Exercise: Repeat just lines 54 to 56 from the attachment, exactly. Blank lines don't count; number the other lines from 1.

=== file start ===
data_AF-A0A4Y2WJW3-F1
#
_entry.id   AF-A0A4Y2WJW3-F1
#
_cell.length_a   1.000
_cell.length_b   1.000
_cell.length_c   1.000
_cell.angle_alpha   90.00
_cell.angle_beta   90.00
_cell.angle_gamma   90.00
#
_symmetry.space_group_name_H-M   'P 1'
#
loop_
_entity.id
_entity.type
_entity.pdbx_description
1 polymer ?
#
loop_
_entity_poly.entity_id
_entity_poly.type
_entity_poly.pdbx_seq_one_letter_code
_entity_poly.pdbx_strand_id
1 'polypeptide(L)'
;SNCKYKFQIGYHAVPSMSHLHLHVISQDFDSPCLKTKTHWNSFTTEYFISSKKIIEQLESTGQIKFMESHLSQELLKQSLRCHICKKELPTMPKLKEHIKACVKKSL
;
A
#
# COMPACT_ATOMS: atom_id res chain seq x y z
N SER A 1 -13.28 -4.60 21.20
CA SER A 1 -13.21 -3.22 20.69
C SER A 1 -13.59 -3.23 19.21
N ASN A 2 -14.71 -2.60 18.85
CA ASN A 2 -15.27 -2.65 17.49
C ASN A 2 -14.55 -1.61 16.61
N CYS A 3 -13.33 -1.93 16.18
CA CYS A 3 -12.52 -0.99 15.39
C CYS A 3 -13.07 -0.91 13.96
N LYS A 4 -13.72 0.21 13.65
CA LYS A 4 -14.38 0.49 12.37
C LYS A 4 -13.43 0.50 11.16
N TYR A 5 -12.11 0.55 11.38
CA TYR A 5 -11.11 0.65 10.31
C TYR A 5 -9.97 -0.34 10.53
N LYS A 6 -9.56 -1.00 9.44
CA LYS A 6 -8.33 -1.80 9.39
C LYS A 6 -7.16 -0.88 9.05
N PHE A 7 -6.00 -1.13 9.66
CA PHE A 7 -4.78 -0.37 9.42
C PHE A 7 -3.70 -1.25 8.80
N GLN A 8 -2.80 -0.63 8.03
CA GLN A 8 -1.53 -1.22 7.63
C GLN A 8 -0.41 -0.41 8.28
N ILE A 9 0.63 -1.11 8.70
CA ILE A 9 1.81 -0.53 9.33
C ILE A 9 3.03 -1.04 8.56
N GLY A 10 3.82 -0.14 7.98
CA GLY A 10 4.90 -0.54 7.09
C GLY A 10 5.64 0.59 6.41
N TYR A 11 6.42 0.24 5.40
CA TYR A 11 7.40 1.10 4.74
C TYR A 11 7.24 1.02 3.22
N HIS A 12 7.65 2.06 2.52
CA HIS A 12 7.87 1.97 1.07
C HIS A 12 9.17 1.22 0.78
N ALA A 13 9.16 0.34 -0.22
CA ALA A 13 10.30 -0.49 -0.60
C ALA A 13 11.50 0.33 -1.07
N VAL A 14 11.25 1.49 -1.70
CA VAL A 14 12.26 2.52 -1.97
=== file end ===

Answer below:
C GLN A 8 -0.41 -0.41 8.28
N ILE A 9 0.63 -1.11 8.70
CA ILE A 9 1.81 -0.53 9.33